Background: Variation in size of the internal mammary artery has been demonstrated in ethnic groups, but not reported in Aboriginal patients. We hypothesised that the left internal mammary artery is smaller in Aboriginal patients compared to non-Aboriginal patients and aimed to determine the impact on survival following coronary artery bypass graft (CABG) surgery.
Methods: Left internal mammary artery size was compared between Aboriginal (n = 345) and non-Aboriginal (n = 1819) in 2343 patients undergoing CABG at Flinders Medical Centre from January 2010 to June 2021. To determine the association with-survival we used Kaplan–Meier survival analysis and Cox proportional hazard models adjusted for preoperative variables.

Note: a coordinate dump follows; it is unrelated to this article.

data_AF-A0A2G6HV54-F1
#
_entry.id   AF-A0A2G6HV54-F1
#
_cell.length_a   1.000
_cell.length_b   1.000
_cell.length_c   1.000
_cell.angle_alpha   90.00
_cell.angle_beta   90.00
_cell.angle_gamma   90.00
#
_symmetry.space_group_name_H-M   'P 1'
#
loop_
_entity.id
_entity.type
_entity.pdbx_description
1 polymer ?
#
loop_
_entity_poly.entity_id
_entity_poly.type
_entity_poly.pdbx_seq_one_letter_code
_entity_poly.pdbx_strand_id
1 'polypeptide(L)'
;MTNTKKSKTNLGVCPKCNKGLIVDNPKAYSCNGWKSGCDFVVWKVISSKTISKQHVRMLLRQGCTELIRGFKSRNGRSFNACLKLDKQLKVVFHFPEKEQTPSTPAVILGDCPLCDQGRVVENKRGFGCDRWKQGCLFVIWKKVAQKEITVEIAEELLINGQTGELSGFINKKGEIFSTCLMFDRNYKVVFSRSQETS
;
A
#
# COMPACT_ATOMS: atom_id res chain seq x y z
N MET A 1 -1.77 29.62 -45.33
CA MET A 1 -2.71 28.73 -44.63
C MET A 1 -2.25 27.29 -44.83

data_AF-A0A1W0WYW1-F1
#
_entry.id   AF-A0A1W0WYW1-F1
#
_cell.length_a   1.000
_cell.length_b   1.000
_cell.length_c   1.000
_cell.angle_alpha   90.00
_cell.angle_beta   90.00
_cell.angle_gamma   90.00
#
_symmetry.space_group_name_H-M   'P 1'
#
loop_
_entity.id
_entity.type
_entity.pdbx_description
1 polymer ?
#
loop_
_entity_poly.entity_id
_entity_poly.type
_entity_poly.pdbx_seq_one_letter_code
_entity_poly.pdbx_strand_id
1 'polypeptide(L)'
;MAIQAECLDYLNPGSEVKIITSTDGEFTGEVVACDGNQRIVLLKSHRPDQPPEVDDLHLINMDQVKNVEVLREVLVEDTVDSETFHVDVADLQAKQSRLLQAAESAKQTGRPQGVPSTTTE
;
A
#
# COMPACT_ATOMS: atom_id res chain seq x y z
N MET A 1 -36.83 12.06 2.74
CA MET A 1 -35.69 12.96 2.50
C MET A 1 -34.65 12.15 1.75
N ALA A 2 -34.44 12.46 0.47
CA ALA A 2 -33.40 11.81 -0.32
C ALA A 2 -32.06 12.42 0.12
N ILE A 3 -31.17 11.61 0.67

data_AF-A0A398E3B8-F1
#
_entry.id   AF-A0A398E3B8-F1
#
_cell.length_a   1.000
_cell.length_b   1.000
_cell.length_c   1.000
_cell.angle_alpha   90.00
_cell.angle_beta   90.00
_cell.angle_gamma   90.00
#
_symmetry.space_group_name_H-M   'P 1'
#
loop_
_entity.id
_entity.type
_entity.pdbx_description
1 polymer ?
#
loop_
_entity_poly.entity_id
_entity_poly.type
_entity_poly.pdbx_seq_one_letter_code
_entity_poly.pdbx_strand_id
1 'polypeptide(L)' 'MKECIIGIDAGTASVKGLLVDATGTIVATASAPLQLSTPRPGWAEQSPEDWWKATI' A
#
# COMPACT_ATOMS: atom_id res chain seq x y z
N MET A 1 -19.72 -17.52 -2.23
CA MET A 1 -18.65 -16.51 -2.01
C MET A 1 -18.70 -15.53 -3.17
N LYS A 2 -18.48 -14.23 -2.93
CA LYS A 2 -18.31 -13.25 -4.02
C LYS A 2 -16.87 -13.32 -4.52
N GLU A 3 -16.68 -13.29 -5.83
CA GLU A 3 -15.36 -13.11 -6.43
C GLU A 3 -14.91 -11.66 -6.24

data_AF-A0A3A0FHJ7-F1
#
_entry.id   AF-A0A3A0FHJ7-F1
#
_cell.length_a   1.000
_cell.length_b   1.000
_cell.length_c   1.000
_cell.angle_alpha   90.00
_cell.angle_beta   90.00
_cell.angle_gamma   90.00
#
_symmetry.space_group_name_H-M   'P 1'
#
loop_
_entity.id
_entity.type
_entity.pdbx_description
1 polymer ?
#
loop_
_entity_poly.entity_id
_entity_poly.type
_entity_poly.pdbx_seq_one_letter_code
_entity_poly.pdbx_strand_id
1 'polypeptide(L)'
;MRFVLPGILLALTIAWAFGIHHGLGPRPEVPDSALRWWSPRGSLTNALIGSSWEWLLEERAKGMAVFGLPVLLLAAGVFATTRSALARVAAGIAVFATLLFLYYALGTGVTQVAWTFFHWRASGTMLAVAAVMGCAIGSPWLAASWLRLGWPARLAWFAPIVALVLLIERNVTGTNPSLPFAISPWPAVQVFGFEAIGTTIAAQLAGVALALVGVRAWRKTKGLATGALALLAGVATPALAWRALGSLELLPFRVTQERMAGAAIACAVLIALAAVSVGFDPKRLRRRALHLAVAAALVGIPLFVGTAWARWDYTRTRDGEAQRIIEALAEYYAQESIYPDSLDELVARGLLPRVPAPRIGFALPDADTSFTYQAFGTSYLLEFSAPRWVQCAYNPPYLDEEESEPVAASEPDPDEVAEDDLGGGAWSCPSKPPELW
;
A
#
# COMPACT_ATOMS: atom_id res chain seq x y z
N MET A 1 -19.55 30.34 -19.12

Results: There was a significant difference in left internal mammary artery (LIMA) size—Aboriginal 1.8 ± 0.4 mm; non-Aboriginal 2.1 ± 0.4 mm (P < 0.001)—and left anterior descending (LAD) artery size—Aboriginal 1.7 ± 0.3 mm; non-Aboriginal 1.9 ± 0.3 mm (P < 0.001). Aboriginal patients were more likely to have the LIMA discarded (9.3% vs. 0.4%) and to receive a LAD vein graft (17% versus 3%) (P < 0.001). There was no difference in 30-day mortality or survival <5 years.
Conclusion: This study supports the hypothesis that the left internal mammary artery is smaller in Aboriginal patients compared to non-Aboriginal patients. Although Aboriginal patients were more likely to receive a venous conduit to the LAD, we observed no difference in survival up to 5 years. This data contrasts with reported outcomes of other ethnic groups.
|Number of pages||7|
|Journal||ANZ Journal of Surgery|
|Early online date||2 Nov 2022|
|Publication status||Published - Dec 2022|
- Aboriginal and Torres Strait islander
- conduit selection
- coronary artery bypass graft
- internal mammary artery